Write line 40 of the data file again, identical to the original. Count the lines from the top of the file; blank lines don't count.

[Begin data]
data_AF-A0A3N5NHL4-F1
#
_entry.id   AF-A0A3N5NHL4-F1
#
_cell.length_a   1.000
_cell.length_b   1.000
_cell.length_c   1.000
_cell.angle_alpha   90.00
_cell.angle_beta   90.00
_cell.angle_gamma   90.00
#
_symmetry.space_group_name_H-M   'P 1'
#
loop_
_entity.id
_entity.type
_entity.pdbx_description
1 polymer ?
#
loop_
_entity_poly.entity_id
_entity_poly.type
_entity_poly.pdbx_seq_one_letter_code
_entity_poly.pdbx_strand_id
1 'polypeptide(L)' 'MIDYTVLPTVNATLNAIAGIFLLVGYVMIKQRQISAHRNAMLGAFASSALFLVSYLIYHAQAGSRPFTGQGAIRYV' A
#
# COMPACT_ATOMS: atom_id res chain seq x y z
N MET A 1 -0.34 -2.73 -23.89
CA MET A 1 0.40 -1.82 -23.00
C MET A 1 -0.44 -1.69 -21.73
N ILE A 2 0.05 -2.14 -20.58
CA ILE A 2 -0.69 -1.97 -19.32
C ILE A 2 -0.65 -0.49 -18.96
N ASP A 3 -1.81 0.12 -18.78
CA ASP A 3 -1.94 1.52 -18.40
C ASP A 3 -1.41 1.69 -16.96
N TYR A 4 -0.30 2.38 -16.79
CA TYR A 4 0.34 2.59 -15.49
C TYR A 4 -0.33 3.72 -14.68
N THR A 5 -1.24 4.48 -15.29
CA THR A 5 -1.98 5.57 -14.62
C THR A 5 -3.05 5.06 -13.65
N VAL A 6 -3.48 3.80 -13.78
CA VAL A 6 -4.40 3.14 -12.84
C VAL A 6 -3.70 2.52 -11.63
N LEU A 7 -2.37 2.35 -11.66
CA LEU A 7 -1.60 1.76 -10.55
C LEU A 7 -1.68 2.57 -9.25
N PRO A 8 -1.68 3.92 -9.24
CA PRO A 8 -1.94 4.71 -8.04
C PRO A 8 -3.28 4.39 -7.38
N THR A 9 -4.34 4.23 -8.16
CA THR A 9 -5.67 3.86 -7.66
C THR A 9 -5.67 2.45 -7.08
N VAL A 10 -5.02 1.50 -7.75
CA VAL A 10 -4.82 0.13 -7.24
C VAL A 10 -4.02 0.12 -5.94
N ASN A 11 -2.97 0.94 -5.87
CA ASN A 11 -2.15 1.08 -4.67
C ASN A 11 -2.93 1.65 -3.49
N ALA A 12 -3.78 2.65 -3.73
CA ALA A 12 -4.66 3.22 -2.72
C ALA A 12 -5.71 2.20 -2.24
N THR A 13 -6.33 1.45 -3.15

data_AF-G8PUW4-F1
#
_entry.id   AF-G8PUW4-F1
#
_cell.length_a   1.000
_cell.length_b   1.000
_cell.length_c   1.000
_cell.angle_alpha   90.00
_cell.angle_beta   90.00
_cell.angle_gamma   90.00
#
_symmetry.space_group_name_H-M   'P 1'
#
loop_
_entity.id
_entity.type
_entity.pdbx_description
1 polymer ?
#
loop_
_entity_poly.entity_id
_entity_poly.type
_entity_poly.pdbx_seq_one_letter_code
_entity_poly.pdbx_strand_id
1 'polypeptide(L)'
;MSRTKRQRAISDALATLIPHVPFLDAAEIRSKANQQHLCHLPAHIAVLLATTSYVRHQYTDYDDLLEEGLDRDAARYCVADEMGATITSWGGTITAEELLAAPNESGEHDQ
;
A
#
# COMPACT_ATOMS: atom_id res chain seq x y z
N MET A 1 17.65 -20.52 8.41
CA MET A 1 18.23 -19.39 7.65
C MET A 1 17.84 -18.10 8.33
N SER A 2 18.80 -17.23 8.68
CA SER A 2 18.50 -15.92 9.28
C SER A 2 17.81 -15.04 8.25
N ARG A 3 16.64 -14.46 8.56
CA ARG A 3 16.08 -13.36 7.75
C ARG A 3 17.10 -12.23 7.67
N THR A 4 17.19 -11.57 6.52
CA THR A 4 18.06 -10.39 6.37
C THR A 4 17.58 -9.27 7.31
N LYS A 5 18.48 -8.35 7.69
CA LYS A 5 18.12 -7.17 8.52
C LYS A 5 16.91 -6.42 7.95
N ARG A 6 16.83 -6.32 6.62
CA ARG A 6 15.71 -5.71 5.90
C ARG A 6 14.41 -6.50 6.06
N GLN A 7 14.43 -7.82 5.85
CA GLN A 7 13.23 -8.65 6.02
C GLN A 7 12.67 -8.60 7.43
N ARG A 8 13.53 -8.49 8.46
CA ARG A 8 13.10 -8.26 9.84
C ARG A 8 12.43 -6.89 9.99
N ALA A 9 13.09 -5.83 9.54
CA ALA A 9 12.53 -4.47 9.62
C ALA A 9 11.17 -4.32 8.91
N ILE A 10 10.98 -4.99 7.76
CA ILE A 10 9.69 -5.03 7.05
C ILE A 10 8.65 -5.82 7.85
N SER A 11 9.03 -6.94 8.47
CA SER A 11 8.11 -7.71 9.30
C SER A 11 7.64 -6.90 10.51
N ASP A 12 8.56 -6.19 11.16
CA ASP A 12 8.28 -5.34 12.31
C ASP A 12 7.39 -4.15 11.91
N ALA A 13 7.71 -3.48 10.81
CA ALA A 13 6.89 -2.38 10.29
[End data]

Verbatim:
N THR A 5 -1.24 4.48 -15.29